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From Bangalore’s parks to the Indian team: Vijay Bharadwaj unplugged

A big moment for us at 81allout as we have an international cricketer on our podcast for the first time.

Vijay Bharadwaj played 3 Tests and 10 ODIs for India in the turn of the millennium. His high-point was during the LG Cup in Nairobi in 1999-2000, where he was named the Man of the Series for his all-round performances. He was a giant for Karnataka in the Ranji Trophy and played a vital role in their three Ranji Trophy triumphs in the 1990s.

In this episode, Vijay chats about his formative experiences of playing cricket on the street and in the parks, and remembers a number of characters who lit up the Bangalore cricket scene in the 1980s and 1990s.

Talking points:

The competitive nature of street cricket in the Bangalore of the 1980s

Graduating to the park

The deadly variations that spinners employed

A bowler who was a combination of Shoaib Akhtar and Muralitharan

The intensity of each net session

Pitch-catch out, beaten out, full-toss out

Copying Mohinder Amarnath

Dodda Ganesh, David Johnson and other street-fighters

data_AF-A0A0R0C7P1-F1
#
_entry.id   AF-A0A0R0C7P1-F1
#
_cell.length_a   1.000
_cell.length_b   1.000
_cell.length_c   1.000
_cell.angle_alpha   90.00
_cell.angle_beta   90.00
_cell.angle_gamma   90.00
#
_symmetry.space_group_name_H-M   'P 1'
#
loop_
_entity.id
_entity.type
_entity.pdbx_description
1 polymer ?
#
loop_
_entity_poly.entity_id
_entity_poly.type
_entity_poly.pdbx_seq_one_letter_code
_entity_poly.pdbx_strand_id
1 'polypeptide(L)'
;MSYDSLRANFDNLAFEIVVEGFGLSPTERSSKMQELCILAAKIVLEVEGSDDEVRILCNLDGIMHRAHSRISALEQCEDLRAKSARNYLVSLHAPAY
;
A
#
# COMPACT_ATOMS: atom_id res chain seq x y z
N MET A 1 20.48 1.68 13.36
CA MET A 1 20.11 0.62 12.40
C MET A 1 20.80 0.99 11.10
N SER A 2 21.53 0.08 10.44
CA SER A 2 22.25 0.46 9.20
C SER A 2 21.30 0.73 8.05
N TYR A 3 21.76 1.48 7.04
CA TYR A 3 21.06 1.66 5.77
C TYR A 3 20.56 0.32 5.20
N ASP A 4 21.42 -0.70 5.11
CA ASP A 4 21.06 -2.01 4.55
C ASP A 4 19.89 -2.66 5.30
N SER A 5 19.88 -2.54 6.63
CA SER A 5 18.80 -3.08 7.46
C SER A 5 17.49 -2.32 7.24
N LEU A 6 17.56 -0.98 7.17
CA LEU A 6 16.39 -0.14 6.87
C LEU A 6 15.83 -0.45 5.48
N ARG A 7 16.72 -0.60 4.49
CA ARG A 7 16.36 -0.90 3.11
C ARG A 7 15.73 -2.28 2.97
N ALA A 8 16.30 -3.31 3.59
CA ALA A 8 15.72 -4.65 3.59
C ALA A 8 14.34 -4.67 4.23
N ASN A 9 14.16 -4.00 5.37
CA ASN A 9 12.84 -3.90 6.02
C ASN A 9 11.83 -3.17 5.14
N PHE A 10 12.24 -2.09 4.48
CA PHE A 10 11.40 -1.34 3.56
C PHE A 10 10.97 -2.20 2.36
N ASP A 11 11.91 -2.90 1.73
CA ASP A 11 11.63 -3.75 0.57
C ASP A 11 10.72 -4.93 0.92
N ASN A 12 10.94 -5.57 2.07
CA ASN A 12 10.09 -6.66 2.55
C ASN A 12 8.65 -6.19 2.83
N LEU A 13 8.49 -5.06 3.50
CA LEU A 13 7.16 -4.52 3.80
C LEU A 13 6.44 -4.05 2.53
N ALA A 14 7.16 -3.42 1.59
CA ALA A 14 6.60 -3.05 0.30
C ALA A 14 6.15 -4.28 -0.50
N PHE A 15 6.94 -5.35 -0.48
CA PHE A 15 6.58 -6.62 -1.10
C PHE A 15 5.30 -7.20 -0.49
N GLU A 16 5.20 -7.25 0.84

The pressure of playing for Karnataka

Spinning to Ranji glory

Participants:

Vijay Bharadwaj

Karthik Shashidhar (@karthiks)

Siddhartha Vaidyanathan (@sidvee)

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Related:

A Vijay Bharadwaj interview from 1999 – Rediff.com

A feature-interview with Vijay Bharadwaj – Outlook India

Arch-rivalry between Karnataka and Tamil Nadu in the Ranji Trophy – via Star Sports Kannada

The TN-Karnataka rivalry through the ages – ESPNcricinfo.com

Vijay Bharadwaj’s spell of 6-24 in the Ranji final in 1999 – YouTube

Vijay Bharadwaj 3-34 in the LG Cup final v Zimbabwe – YouTube

Street Cricket Chronicles from Delhi – 81allout archive

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3 Comments

  1. vivek bhandari vivek bhandari

    First things first, it didn’t feel as if an international cricketer and a Ranji stalwart is the guest here. It felt as if a street cricket veteran from our neighborhood is telling some kids few stories. It was that good. 🙂

    That numbering thing was something that we used to do in street cricket as well (up in north). But I didn’t know it was called Bombay numbering (and why so, I still wonder :D). And we had “3 body out” instead of “3 beaten out” in which if the ball hit your body 3 times, you are out.

    One thing that nobody has said for street cricket that we used to have is having slips cordon when we had wall as our wicket. If the ball hit the wall on the full after taking an edge (of course), it was out. 😀

    • 81 All Out 81 All Out

      Thanks Vivek. It was great fun for us to host Vijay. He too thoroughly enjoyed the discussion.

      3 body out is very interesting. Never heard of it till now.

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